Kinsella is the author of more than 30 books of poetry, including “The New Arcadia,” “Doppler Effect” and “Peripheral Light.” His work has been translated into several languages and has earned many honors, including the Grace Leven Poetry Prize and the John Bray Award for Poetry.
Kinsella’s poems, essays and reviews have been published in journals and newspapers around the world. He also has published autobiographical and fictional works, verse plays and a textual adaptation of the Wagner opera “Götterdämmerung.”
Kinsella is the founding editor of the international literary journal Salt and international editor of The Kenyon Review. He has taught at Kenyon College and Cambridge University.
The event is part of the Althea Ward Clark Reading Series sponsored by the Program in Creative Writing.
MoMA presents Friedrich retrospective
The films of Su Friedrich, professor of visual arts, will be the focus of a midcareer retrospective at the Museum of Modern Art in New York City Sept. 27-30.
Nine films that deal with feminism, gender and sexuality will be shown, including Friedrich’s latest film, “Seeing Red,” which was produced in 2005. It will be the East Coast premiere of “Seeing Red,” which explores the notion that a color, melody or a person has multiple characteristics that cannot be understood within a simple framework.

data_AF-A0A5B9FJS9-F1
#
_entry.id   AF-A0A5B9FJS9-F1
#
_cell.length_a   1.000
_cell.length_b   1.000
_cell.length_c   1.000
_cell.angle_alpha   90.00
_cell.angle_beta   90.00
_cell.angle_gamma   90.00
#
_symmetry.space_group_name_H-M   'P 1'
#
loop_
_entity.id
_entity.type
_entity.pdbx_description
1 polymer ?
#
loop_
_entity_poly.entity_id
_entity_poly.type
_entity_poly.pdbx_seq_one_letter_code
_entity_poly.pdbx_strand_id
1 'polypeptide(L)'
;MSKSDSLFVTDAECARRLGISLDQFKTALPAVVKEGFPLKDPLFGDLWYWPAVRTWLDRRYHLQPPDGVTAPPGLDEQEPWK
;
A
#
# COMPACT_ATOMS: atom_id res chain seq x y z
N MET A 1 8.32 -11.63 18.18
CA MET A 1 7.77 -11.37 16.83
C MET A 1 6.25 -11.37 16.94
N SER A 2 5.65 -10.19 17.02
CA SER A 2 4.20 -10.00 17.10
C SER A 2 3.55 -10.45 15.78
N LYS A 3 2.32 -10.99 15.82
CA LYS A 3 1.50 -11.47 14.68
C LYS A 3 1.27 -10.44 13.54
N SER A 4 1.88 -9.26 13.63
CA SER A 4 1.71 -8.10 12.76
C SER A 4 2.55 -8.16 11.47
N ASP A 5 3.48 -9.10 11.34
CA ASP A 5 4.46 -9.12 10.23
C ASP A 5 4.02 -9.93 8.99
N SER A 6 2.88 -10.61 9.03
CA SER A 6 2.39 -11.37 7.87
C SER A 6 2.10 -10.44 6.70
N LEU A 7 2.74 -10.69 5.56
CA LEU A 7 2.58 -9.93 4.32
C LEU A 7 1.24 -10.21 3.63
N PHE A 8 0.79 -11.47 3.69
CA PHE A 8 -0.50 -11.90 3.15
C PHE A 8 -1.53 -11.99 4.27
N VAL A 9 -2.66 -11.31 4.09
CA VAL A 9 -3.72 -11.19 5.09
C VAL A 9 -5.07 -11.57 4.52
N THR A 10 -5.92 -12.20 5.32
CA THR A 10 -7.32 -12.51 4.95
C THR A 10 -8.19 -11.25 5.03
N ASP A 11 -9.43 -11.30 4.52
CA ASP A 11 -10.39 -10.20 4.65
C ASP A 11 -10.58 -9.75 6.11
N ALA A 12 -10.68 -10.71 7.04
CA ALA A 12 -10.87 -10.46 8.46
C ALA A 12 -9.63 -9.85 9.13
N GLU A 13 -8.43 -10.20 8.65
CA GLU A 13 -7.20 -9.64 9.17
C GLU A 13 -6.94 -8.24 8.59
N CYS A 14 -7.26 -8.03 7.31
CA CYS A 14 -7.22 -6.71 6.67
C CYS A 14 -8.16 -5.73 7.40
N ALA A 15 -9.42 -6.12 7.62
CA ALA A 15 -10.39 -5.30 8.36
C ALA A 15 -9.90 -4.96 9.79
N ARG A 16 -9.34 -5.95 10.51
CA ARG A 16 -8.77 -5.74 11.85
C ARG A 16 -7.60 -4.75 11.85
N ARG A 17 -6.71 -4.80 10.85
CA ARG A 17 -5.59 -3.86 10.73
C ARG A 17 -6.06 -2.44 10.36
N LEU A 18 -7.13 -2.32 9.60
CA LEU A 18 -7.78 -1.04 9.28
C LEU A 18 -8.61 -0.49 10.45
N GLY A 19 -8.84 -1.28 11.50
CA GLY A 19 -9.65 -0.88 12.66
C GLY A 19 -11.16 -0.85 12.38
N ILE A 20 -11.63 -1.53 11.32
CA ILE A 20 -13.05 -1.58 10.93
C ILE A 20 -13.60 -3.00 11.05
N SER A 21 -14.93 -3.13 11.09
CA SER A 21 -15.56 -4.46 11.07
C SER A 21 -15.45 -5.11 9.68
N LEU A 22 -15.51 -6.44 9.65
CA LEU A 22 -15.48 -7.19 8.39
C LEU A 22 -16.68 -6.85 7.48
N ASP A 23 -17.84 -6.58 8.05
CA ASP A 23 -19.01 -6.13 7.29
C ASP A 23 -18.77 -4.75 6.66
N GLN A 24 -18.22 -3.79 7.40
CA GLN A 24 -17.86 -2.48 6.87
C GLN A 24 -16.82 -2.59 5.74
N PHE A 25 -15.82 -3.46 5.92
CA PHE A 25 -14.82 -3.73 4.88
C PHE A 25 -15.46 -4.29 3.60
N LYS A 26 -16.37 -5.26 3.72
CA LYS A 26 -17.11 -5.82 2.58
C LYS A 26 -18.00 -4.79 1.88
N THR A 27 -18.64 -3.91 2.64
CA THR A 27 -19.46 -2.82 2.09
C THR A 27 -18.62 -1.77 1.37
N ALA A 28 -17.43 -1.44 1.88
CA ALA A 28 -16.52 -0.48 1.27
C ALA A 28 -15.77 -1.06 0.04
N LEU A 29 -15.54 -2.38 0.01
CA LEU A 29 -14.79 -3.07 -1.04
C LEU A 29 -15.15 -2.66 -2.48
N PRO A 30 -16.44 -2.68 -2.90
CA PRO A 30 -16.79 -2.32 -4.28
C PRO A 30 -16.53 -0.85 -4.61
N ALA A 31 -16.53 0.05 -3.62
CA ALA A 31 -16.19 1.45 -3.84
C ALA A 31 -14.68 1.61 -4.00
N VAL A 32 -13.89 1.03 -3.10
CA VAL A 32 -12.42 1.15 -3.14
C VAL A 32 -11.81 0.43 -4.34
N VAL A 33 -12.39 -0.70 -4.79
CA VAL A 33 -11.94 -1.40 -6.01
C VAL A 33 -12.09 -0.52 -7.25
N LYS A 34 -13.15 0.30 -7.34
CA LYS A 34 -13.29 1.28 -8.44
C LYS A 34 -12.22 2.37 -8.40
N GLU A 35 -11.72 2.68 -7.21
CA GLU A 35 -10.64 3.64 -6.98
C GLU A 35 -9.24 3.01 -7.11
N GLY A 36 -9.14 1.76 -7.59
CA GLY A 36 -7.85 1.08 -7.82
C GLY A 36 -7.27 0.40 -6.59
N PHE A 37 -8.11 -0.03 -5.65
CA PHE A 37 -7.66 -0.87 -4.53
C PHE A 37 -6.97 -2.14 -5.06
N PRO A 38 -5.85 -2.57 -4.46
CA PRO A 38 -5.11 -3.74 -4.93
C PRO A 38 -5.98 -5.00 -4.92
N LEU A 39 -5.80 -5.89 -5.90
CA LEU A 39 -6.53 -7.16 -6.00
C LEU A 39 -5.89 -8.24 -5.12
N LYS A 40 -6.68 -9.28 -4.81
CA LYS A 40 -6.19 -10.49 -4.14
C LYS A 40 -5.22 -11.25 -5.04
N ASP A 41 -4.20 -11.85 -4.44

The retrospective, called “The Personal Films of Su Friedrich,” coincides with the DVD release of a five-volume, 13-title Friedrich film collection.
A member of the avant-garde film community, Friedrich is known for producing groundbreaking films that mix experimental, narrative and documentary forms to explore lesbian adolescence, gender politics, women’s health and family relationships. She came to Princeton in 1998 and is the first tenured filmmaker on the faculty.
On opening night Friedrich will present five of her films, including “The Ties That Bind” and “Sink or Swim.”
The events are open to the public. For more information, call (212) 708-9400 or visit www.moma.org/exhibitions/film_media/2006/Su_Friedrich.html.
‘AWOL’ authors discuss book on military service